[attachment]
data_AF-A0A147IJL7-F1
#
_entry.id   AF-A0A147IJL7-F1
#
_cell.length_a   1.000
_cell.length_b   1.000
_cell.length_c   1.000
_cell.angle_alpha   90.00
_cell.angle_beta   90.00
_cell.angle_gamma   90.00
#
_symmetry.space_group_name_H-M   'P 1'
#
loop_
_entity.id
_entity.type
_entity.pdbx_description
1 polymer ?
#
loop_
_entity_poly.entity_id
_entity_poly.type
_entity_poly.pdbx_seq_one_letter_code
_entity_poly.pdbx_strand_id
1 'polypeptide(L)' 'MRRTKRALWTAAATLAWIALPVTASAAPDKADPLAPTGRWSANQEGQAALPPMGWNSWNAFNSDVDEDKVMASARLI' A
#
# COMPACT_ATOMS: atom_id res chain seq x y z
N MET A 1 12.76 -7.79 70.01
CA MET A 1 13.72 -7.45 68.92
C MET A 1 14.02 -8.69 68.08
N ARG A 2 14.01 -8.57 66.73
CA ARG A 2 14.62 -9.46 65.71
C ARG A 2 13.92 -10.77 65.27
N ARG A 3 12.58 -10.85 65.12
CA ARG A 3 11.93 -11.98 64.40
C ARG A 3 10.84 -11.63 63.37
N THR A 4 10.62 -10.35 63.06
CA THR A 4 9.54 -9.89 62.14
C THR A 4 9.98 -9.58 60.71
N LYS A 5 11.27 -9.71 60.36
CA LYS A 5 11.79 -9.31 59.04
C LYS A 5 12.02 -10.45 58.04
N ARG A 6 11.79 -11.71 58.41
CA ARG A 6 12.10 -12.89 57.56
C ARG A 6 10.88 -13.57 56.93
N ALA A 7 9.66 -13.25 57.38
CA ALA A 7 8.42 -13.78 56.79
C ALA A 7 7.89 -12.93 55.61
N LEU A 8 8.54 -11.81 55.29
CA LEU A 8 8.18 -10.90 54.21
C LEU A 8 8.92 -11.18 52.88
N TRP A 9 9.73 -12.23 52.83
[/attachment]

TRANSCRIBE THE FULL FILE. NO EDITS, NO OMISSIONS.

data_AF-A0A147IJL7-F1
#
_entry.id   AF-A0A147IJL7-F1
#
_cell.length_a   1.000
_cell.length_b   1.000
_cell.length_c   1.000
_cell.angle_alpha   90.00
_cell.angle_beta   90.00
_cell.angle_gamma   90.00
#
_symmetry.space_group_name_H-M   'P 1'
#
loop_
_entity.id
_entity.type
_entity.pdbx_description
1 polymer ?
#
loop_
_entity_poly.entity_id
_entity_poly.type
_entity_poly.pdbx_seq_one_letter_code
_entity_poly.pdbx_strand_id
1 'polypeptide(L)' 'MRRTKRALWTAAATLAWIALPVTASAAPDKADPLAPTGRWSANQEGQAALPPMGWNSWNAFNSDVDEDKVMASARLI' A
#
# COMPACT_ATOMS: atom_id res chain seq x y z
N MET A 1 12.76 -7.79 70.01
CA MET A 1 13.72 -7.45 68.92
C MET A 1 14.02 -8.69 68.08
N ARG A 2 14.01 -8.57 66.73
CA ARG A 2 14.62 -9.46 65.71
C ARG A 2 13.92 -10.77 65.27
N ARG A 3 12.58 -10.85 65.12
CA ARG A 3 11.93 -11.98 64.40
C ARG A 3 10.84 -11.63 63.37
N THR A 4 10.62 -10.35 63.06
CA THR A 4 9.54 -9.89 62.14
C THR A 4 9.98 -9.58 60.71
N LYS A 5 11.27 -9.71 60.36
CA LYS A 5 11.79 -9.31 59.04
C LYS A 5 12.02 -10.45 58.04
N ARG A 6 11.79 -11.71 58.41
CA ARG A 6 12.10 -12.89 57.56
C ARG A 6 10.88 -13.57 56.93
N ALA A 7 9.66 -13.25 57.38
CA ALA A 7 8.42 -13.78 56.79
C ALA A 7 7.89 -12.93 55.61
N LEU A 8 8.54 -11.81 55.29
CA LEU A 8 8.18 -10.90 54.21
C LEU A 8 8.92 -11.18 52.88
N TRP A 9 9.73 -12.23 52.83